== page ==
WARREN, Mich. – A white man accused of firing shots into the home of a Black suburban Detroit family who put a Black Lives Matter sign in their front window asked for forgiveness during a court hearing Thursday.
Michael Frederick Jr., 24, made the remarks after being given a moment to speak about his bond amount. He was appearing by video in Warren District Court for arraignment on charges including ethnic intimidation.
Frederick told Judge Michael Chupa that he wanted Eddie and Candace Hall to forgive him, though he didn't specify what he did to make him seek their forgiveness.
“I'm extremely regretful of what I did. I can say it's not like me,” Frederick said. “I acted way out of character. This wasn't about the color of anyone's skin.”
Chupa told Frederick several times not to discuss the case and said he was concerned if the allegations turn out to be true.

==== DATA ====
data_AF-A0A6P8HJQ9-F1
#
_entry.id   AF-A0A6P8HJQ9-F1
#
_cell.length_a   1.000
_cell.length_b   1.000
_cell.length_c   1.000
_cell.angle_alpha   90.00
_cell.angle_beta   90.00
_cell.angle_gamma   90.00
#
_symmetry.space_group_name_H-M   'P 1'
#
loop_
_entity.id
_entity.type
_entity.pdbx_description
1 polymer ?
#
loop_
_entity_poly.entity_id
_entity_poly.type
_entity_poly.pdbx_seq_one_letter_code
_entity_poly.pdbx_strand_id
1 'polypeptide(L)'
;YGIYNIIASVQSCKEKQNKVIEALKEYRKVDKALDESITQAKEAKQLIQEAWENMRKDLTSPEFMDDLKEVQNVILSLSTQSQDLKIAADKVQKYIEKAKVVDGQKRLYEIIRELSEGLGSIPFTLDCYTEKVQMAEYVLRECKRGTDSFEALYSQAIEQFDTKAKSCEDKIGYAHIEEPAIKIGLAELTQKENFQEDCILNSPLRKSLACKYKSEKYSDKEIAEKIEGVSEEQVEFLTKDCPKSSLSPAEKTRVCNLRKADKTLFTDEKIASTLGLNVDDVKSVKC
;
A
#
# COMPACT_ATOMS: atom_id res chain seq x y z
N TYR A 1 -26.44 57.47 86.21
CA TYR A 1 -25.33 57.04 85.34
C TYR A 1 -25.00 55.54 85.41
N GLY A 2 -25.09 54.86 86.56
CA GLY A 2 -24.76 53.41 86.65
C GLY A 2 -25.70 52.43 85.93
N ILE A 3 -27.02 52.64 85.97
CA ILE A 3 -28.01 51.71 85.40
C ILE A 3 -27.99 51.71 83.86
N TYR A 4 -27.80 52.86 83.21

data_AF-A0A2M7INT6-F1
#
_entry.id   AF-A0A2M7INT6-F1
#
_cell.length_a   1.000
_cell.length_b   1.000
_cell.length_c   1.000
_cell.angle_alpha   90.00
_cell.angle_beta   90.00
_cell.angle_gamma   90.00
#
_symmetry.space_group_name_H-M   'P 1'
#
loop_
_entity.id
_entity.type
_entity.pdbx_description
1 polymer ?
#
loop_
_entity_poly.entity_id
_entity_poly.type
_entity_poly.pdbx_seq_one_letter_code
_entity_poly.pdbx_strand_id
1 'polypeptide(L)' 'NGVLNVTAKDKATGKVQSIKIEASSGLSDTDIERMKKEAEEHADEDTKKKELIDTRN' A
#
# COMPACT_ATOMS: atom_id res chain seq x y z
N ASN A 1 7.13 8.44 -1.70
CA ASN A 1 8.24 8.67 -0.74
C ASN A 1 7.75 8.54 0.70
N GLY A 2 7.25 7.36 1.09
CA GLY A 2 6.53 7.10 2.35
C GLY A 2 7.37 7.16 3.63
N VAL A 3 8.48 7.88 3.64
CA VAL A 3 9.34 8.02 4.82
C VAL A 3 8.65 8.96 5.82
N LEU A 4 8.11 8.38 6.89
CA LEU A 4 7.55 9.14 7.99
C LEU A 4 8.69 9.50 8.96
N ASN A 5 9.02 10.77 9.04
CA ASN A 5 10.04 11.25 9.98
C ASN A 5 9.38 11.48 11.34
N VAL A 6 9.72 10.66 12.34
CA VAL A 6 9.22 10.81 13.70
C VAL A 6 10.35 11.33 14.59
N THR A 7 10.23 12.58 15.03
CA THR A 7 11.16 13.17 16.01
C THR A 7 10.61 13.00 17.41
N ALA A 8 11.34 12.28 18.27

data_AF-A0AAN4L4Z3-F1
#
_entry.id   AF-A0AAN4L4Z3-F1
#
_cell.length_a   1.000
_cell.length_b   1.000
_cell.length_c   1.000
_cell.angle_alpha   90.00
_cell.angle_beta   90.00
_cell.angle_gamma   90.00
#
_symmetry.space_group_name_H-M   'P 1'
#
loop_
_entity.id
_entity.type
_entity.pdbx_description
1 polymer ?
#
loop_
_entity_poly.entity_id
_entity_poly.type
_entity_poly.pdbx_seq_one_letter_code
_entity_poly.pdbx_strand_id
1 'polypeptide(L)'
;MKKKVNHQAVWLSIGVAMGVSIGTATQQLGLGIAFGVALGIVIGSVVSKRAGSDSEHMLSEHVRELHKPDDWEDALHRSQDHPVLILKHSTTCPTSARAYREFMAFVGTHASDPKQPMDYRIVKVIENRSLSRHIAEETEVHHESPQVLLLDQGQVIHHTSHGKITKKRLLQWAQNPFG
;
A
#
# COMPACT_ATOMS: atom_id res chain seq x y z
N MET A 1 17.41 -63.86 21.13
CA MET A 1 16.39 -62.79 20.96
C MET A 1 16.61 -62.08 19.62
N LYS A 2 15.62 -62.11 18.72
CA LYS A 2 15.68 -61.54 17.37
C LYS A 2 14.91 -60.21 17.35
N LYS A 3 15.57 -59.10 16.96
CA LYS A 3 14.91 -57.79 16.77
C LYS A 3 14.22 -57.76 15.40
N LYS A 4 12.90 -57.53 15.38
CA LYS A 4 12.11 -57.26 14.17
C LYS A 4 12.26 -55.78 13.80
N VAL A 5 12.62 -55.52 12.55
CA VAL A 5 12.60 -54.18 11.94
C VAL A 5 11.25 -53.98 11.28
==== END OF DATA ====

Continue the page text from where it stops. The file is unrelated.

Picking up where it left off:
“People should be able to reasonably disagree about politics without it resorting to violence,” Chupa said. “Using violence, whether motivated by race or politics or hatred or acrimony — I don't care, that is not what America is about.”
The judge entered not guilty pleas on behalf of Frederick for each count and set his bond at $200,000. Frederick requested a court-appointed lawyer.
A court conference was set for Oct. 13 and Frederick’s preliminary examination is scheduled for Oct. 20.
On Sept. 7, shots were fired at the Halls' home in Warren. Two days later, someone painted a swastika on one of their vehicles, slashed the tires and threw a large stone through their front window. Outside, they discovered the swastika and found that someone had written “terrorist Black Lives Matter,” “not welcome” and a phrase containing an expletive on their pickup truck.
The following day, someone fired a bullet through the Halls’ front window and police found six shell casings outside the house.
A neighbor’s home surveillance video showed a masked and hooded man carrying what appears to be a handgun outside the Halls' home. Frederick, who lives in the Halls' neighborhood, was arrested Tuesday and confessed, Warren Police Commissioner Bill Dwyer told reporters.